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“… It was some time since the author had been seen in his home town (Sydney). Standing, he said to me—though we had been drinking, taking various pills—did I know Apollinaire’s lines—about tossing off your life as tho it were a drink? ‘Some Days’, he said, strayed between the poles of Robbe-Grillet’s In The Labyrinth and ‘Tambourine Life’. Endless lyric, bildungsroman, parody, abstract poem? ‘Footprints’ he said he had thought of as something. He had forgotten, but he must once have had an idea of it. It was dawn. We inhaled. He had liked, he said, the paintings of Patrick Caulfield—but I knew he was talking again about the big poem. He was my friend. The Elders and Goldsborough Mort buildings began to catch the early light. We gazed down together over the parapet, at the traffic just beginning, both pleased at its miniature scale.”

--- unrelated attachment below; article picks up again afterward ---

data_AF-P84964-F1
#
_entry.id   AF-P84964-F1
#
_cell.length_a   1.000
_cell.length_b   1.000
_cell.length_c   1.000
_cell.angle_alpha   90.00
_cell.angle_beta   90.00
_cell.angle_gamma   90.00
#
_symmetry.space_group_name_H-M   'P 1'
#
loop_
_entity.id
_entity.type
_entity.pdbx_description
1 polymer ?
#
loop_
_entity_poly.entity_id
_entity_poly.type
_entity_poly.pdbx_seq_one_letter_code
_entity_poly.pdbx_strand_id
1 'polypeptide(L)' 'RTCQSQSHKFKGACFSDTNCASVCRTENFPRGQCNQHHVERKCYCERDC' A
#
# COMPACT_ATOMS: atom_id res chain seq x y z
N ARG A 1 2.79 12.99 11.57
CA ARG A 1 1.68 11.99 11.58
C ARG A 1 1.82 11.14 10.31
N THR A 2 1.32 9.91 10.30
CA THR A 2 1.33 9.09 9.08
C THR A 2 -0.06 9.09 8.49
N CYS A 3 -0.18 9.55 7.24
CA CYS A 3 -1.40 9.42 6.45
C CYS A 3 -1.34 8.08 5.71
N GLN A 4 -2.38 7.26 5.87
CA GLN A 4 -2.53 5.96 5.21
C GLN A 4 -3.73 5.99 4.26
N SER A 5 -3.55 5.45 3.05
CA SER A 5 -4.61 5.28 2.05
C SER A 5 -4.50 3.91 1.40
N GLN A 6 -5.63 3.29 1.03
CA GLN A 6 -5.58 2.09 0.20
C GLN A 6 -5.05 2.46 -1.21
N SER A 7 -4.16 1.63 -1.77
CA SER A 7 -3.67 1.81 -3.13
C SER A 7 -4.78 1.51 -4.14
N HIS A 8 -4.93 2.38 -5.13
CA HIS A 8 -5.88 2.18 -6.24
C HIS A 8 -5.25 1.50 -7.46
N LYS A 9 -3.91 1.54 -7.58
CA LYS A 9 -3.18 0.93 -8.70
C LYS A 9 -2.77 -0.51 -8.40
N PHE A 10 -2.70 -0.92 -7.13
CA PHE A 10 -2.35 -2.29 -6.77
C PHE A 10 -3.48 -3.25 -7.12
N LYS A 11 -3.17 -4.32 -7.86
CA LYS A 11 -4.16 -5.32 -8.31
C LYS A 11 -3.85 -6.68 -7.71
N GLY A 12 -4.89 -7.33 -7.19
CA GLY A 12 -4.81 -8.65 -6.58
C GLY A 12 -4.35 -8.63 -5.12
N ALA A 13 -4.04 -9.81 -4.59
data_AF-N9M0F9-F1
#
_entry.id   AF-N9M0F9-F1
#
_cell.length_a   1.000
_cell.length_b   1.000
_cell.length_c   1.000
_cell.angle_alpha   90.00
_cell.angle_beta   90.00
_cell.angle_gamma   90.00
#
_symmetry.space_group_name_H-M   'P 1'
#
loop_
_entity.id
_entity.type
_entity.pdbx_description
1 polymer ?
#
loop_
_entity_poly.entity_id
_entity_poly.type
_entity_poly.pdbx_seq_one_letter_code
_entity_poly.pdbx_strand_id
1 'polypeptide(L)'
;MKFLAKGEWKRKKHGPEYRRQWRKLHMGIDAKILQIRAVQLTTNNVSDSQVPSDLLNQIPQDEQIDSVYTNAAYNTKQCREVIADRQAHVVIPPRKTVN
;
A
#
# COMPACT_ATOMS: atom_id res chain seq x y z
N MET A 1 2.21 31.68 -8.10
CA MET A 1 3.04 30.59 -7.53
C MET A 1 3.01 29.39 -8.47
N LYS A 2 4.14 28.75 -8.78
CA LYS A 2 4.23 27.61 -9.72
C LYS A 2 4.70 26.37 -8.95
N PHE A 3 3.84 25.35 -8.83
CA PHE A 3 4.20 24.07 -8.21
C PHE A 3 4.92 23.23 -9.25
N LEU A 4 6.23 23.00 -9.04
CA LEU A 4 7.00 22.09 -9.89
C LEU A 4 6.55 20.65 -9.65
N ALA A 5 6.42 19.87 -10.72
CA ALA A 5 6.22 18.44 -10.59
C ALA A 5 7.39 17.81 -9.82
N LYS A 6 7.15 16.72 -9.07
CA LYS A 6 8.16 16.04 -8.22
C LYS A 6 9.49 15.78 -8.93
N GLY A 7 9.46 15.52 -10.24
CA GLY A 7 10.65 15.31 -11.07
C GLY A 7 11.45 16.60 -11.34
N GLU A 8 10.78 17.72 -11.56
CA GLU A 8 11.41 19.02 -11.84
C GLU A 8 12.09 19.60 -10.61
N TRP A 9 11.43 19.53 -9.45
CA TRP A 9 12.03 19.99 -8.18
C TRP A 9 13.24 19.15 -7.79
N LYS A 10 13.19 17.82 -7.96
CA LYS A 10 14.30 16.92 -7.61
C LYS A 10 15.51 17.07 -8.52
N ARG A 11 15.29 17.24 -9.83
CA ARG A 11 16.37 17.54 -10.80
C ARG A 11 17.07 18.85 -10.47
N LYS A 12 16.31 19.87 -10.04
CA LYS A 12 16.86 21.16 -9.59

—Julie Lawton


“… Idiosyncrasy is also a hallmark of Ken Bolton’s Threefer (93pp, $25), a collection in three parts, largely constructed of fragments, some of which have been collected over almost 40 years. Threefer continually draws on art, film and music, as well as everyday details of houses, streets and weather.” FIONA WRIGHT, The Australian

Threefer asks questions of how we remember and the vulnerability of the apparently objective items we keep as mementos; how suspect they are to the language that contains them.” DAVID DICK, Cordite Poetry Review